But now "Hungry Like the Wolf" is an oldie.  I get it, but it's odd.  My brother and I once were given tickets from a friend to see Duran Duran when we were both home in Detroit in the mid-90s.  We were cracking up and having a great time and lighting matches instead of lighters and thinking we were hilarious, and the teenagers in front of us kept kind of turning around.  Finally one of them who apparently found us charming, said that it was really nice seeing people "our age" still getting into a rock concert.  That girl is now older than we were then, and I wonder what she thinks of her music having migrated over to the oldies stations by now.

Anyway, the best line about music for feeling old I've heard was one Aden told me about on Tumblr, where a mom was excited that her kids wanted to listen to her 80s music until they described it as, "That weird music from the nineteen-hundreds."

I don't think it's so much people labeling music you grew up with as "oldies" that's surprising--I expected it.  I knew we were getting old when Madonna was now the default shopping music in the home improvement store.  It's the completely losing track of the current music scene altogether that I didn't realize would happen.  I have only the vaguest grasp of musical artists and trends now.  And I don't care.  I completely and sincerely don't care.  I think it's fine if others do.  But if you'd told me in high school that someday I would not be on top of what was out, etc. I'd have thought that was unlikely.  Ha.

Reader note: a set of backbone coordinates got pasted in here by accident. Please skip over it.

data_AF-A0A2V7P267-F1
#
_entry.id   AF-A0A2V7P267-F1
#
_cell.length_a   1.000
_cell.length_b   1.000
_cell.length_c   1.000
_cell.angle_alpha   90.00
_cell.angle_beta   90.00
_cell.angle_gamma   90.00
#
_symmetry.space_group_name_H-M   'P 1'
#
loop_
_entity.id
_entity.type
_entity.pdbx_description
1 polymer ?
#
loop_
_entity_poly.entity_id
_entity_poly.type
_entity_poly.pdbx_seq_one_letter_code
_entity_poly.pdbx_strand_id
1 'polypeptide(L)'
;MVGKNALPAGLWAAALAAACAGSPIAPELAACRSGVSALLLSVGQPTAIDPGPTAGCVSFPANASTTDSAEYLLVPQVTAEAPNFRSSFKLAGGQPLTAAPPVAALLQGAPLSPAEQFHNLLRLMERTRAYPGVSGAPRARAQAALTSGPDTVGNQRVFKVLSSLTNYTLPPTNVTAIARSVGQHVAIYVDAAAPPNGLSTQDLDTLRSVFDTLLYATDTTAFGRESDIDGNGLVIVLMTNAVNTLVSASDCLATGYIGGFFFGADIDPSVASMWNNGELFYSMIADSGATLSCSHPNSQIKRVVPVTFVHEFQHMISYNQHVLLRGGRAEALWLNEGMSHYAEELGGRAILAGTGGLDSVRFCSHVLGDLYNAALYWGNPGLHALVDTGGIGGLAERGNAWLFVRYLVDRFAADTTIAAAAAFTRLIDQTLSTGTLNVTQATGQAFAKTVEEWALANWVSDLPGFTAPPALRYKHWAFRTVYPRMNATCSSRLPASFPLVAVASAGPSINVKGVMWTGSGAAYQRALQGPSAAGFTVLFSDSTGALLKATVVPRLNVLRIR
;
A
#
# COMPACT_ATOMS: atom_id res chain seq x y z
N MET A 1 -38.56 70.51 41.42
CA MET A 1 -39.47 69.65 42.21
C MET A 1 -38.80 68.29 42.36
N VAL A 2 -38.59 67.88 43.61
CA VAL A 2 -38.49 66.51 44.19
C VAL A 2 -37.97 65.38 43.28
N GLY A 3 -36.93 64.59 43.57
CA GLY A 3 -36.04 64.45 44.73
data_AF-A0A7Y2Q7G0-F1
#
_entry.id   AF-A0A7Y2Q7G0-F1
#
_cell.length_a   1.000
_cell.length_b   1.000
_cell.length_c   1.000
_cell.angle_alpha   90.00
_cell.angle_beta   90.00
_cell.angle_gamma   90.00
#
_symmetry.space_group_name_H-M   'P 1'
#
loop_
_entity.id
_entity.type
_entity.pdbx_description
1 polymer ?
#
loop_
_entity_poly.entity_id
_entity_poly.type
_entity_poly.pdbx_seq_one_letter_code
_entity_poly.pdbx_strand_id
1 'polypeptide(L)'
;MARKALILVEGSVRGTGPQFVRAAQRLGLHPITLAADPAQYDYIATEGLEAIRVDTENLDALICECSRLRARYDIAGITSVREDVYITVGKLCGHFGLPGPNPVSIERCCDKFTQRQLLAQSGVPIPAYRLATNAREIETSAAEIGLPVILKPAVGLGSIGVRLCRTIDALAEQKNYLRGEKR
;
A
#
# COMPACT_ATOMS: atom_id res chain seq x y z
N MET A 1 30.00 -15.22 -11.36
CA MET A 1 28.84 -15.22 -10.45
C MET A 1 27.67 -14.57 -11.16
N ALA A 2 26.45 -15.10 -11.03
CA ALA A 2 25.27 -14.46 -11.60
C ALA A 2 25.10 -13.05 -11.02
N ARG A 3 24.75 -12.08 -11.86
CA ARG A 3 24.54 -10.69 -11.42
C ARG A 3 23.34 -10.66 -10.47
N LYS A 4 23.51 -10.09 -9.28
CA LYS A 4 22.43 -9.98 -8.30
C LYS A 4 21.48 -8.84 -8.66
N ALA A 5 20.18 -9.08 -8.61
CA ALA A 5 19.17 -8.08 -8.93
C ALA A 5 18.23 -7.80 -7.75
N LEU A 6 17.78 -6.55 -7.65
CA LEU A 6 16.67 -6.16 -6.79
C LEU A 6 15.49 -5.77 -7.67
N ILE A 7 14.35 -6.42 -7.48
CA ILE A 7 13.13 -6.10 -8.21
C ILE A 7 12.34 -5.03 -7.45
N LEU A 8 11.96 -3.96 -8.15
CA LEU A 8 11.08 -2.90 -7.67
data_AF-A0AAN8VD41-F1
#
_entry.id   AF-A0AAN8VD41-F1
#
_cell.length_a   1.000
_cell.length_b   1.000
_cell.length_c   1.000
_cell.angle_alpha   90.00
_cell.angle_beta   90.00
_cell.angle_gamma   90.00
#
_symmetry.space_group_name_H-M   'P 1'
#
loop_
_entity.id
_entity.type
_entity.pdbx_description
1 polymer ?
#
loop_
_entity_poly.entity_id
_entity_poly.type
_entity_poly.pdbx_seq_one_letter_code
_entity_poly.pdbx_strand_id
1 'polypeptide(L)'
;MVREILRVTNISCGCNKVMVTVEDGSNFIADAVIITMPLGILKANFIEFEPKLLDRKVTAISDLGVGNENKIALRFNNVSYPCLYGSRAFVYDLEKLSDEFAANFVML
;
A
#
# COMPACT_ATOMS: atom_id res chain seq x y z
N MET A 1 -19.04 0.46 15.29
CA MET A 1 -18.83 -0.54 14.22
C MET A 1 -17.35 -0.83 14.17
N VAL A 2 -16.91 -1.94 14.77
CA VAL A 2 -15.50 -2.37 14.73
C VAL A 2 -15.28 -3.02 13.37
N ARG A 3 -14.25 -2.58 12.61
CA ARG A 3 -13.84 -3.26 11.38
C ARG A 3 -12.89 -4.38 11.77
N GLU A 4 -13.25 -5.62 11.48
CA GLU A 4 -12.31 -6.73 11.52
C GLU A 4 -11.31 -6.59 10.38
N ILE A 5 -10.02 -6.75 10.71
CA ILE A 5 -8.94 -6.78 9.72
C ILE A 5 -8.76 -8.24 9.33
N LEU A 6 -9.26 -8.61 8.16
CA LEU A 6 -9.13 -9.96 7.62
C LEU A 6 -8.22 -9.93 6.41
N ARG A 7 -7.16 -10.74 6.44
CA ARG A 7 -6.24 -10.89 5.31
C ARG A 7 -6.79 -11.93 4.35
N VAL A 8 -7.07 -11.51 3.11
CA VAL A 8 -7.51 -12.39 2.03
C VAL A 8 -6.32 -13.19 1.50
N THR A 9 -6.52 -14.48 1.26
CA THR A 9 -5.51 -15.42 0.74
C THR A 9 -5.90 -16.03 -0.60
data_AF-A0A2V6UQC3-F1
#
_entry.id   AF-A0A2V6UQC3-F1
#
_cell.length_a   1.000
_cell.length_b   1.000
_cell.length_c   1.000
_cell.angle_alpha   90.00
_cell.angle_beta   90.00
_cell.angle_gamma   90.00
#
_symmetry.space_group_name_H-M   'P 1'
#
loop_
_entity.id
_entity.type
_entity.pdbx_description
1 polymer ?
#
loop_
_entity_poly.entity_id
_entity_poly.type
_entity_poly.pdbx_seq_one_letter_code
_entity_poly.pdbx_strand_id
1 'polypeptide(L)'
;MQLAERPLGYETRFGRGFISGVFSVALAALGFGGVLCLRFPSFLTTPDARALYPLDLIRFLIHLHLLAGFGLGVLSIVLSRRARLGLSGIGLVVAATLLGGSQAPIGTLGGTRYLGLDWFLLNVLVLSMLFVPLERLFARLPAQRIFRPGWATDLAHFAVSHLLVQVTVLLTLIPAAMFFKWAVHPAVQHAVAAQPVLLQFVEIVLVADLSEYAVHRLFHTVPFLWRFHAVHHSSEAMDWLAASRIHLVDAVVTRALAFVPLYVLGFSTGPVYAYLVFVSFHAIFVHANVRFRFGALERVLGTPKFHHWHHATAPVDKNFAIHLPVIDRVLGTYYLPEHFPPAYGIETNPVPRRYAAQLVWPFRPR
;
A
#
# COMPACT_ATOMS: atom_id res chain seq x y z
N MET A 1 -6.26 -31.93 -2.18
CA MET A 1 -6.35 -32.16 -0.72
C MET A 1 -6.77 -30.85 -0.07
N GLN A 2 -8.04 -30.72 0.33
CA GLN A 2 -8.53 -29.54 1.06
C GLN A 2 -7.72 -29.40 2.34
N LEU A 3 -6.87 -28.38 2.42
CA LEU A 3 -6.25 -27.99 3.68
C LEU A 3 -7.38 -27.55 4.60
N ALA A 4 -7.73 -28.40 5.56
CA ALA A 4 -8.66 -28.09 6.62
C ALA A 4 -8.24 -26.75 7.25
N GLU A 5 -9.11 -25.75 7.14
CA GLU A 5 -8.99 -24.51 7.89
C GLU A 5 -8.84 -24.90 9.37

And I was expecting my body to change--that's not a surprise.  But I wasn't expecting what my body likes and doesn't like to change.  I used to like roller coasters.  I discovered on Space Mountain sitting next to Quinn a few years ago that I no longer like roller coasters.  It was just the unpleasant sensation of my body getting slammed around in ways that it shouldn't.  When I fall the recovery time is insane, so I try very hard not to fall.  I don't understand the texture of my toenails.  I've become one of those people who needs a lot of light to read, which my son doesn't understand at all, but when we practice Latin together we usually end up with him reading to me and then I translate because he can see the text so much better than I can.  I'm not who I expect to see when I look in the mirror, so I just don't look much.

But I have to say, I don't mind most of it so far.  I feel like I'm finally growing into my age.  The expectations of what is fun in your twenties or even your thirties were never for me.  I like boring nights at home, curled up with someone watching movies, playing board games, working on my own projects, and I don't have to defend it.  Not that I felt I had to before, because I really don't care what most people think, but now it matters even less, so one fewer thing.

(I just asked Quinn what else I do that marks me as "old" and he said the way I refer to making copies as "xeroxing."  Now excuse me while I look for the bluing.)


I just realized I forgot to add the original inspiration for this post!

Not long ago my mom was visiting and for movie night we decided to watch both versions of War of the Worlds.  The original from 1953 my kids just thought was funny, and the remake from 2005 was genuinely scary and holds up more than ten years later.